A Refugee’s Story Part Two: Resilience

A continuum following Part One. 

Following the Free Army’s new presence in Aleppo, Ahmad explains the terror and hardship that soon crowded the divided city.

“During that time, Aleppo was really the most terrifying city,” Ahmad says. “Imagine two armies fighting each other in a city filled with people – it’s dangerous every single second.”

Ahmad sitting in front of a bombed school in his neighborhood in Aleppo.

Continue reading “A Refugee’s Story Part Two: Resilience”

How to Help

Ever since returning to America three weeks ago, I keep getting struck with the feeling of “what am I supposed to do now?”

I was handed the life changing opportunity to live in Germany for a month and not only study the refugee resettlement, but meet and form real connections with Syrian people that have been affected by it. Continue reading “How to Help”

Now What?

We’re back from Germany, and have been for a while now. Getting back was different than I had expected, both in positive and not quite so positive ways. I thought answering the what’s next question would be easy. Turns out, not so much. Here’s a bit of what I’ve been thinking on that topic.

Where do we go from here?

A World a Away

While leaving Germany was far from easy, being back in the United States and being able to see my best friends everyday was something I was very excited for. Back to fun summer nights and sunny days floating down the Chippewa River. Coming back to the small town of Menomonie, I felt the sense of home. The familiarity of walking into my favorite coffee shop and sitting in my regular corner with a chai latte. Spontaneously walking into my best friends house to find them playing some GameCube game from their childhood to find out they have been playing it for hours. Walking down the same streets every day to work to get to my campus job. Just a few examples of the normality of my life that exists in Wisconsin.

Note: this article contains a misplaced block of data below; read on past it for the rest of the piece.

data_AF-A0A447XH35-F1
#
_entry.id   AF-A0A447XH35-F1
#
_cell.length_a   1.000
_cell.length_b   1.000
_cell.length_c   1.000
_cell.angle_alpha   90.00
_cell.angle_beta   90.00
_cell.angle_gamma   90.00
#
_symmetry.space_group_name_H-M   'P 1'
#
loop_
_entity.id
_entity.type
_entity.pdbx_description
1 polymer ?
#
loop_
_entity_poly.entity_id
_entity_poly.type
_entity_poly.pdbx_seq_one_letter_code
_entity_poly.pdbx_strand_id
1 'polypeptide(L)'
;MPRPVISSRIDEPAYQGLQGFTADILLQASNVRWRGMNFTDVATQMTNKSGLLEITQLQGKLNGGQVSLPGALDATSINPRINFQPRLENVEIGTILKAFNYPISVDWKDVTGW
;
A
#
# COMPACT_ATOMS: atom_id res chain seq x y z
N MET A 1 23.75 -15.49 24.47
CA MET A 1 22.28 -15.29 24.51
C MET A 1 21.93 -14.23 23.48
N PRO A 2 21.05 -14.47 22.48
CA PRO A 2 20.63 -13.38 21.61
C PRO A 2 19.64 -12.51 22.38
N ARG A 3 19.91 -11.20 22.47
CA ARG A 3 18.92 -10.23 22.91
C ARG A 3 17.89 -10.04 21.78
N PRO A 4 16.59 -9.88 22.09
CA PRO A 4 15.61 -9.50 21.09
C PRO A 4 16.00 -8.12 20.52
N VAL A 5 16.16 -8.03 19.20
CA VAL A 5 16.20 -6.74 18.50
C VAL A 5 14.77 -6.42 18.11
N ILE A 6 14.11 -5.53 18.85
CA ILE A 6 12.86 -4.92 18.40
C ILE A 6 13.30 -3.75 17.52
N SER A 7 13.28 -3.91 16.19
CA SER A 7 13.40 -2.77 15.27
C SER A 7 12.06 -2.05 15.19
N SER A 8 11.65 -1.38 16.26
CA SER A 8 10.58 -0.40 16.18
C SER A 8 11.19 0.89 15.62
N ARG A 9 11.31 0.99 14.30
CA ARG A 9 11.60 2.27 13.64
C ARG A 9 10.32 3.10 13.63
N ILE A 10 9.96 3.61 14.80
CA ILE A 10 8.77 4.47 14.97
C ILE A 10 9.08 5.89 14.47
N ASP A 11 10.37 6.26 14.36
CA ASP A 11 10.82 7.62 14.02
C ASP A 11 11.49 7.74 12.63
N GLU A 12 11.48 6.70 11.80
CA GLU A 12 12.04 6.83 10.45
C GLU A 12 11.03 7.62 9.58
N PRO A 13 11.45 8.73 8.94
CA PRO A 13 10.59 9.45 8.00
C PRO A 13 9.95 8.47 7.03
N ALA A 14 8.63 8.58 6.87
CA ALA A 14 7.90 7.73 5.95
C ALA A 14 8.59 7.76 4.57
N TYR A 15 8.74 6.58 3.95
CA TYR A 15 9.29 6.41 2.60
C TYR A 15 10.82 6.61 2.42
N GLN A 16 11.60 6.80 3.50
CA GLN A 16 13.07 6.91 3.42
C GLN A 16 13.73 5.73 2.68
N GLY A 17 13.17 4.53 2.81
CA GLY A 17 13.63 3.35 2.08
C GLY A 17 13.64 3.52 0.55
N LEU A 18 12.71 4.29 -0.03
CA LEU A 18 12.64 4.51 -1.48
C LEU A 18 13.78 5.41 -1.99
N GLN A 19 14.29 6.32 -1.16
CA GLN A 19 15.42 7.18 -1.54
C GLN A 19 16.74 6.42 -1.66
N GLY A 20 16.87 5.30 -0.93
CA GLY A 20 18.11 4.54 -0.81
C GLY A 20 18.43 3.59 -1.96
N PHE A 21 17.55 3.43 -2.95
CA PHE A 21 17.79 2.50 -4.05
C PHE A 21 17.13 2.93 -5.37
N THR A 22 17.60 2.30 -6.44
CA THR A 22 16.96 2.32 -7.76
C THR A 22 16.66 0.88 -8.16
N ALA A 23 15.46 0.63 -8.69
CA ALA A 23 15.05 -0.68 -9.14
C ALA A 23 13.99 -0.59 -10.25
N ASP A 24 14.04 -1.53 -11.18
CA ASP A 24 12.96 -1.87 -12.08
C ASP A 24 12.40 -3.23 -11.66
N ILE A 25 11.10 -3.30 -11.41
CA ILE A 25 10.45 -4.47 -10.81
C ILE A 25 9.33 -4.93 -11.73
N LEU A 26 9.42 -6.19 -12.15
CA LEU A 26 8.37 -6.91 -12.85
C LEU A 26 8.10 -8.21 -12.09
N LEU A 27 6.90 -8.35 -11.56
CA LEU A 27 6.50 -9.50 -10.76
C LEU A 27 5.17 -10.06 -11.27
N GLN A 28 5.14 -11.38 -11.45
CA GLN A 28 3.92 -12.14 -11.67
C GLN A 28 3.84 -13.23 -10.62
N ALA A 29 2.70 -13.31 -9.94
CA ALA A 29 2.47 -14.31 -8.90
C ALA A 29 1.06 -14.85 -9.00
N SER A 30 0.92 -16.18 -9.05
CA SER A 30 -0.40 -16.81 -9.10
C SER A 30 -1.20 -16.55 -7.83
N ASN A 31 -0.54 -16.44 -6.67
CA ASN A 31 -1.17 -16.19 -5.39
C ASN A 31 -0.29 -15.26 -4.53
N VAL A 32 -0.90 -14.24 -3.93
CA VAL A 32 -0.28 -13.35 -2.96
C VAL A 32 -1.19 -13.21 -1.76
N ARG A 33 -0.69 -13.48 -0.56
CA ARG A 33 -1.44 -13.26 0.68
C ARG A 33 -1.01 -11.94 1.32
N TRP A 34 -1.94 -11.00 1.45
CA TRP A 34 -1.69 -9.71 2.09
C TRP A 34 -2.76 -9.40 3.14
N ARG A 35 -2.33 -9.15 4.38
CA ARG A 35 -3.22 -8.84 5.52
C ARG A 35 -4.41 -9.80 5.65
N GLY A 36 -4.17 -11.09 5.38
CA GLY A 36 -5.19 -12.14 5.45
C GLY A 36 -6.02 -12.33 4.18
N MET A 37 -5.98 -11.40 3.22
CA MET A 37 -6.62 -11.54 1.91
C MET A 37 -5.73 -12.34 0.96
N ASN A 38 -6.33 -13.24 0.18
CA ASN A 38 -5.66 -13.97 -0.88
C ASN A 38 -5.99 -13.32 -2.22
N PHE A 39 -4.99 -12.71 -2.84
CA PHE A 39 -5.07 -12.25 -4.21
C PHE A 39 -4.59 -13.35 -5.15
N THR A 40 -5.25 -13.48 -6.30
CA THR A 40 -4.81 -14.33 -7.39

It is a world so different from that in Germany. While a comforting world, it is a small world.

Every once in a while, I will sit down and think of my time in Germany, how surreal of an experience it now seems. Every day in Germany, was a day that was full of the unexpected. Everything is new, always so much to learn, so much to do, but most importantly, you had no idea who you’d meet and how they would impact your life.

Now, I am spending my days with my very close friends I met in college. But as I reflect, my mind goes to all those that I met in Germany and other various European countries. People that have impacted my life in a tremendous way. People that have allowed me to grow in a way I did not expect. People that shared incredible stories about their lives. People, I may never see again. While I heard so many stories during the time frame I was there, more times than not, I think about those I met that told us their stories of their refuge journey.

Being in Menomonie, I rarely get to hear stories such as those that left their homeland in search of refuge. In fact, reflecting back on it, I have never heard a story with such impact that is near the caliber of those from Syria and Afghanistan. I knew once I left for Germany, I would be hearing stories that I would not be able to anticipate. But coming back to the United States, I have a sense of confusion that these stories don’t exist hear. Why can’t they? Why has life all of the sudden become so static?